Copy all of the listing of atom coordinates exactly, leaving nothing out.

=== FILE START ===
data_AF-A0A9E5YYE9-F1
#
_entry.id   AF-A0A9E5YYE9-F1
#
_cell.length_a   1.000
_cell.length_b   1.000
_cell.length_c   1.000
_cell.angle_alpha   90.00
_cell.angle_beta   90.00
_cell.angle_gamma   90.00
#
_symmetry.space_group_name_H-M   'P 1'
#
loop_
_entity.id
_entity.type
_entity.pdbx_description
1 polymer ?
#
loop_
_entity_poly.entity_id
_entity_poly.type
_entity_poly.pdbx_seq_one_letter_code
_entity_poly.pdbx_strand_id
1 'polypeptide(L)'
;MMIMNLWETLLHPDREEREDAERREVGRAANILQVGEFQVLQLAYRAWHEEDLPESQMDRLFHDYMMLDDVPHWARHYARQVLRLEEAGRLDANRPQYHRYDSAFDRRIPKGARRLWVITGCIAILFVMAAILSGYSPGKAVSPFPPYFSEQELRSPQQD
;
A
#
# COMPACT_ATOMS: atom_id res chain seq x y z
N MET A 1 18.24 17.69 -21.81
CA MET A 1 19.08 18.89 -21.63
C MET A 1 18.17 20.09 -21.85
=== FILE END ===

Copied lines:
data_AF-A0A9E5YYE9-F1
#
_entry.id   AF-A0A9E5YYE9-F1
#
_cell.length_a   1.000
_cell.length_b   1.000
_cell.length_c   1.000
_cell.angle_alpha   90.00
_cell.angle_beta   90.00
_cell.angle_gamma   90.00
#
_symmetry.space_group_name_H-M   'P 1'
#
loop_
_entity.id
_entity.type
_entity.pdbx_description
1 polymer ?
#
loop_
_entity_poly.entity_id
_entity_poly.type
_entity_poly.pdbx_seq_one_letter_code
_entity_poly.pdbx_strand_id
1 'polypeptide(L)'
;MMIMNLWETLLHPDREEREDAERREVGRAANILQVGEFQVLQLAYRAWHEEDLPESQMDRLFHDYMMLDDVPHWARHYARQVLRLEEAGRLDANRPQYHRYDSAFDRRIPKGARRLWVITGCIAILFVMAAILSGYSPGKAVSPFPPYFSEQELRSPQQD
;
A
#
# COMPACT_ATOMS: atom_id res chain seq x y z
N MET A 1 18.24 17.69 -21.81
CA MET A 1 19.08 18.89 -21.63
C MET A 1 18.17 20.09 -21.85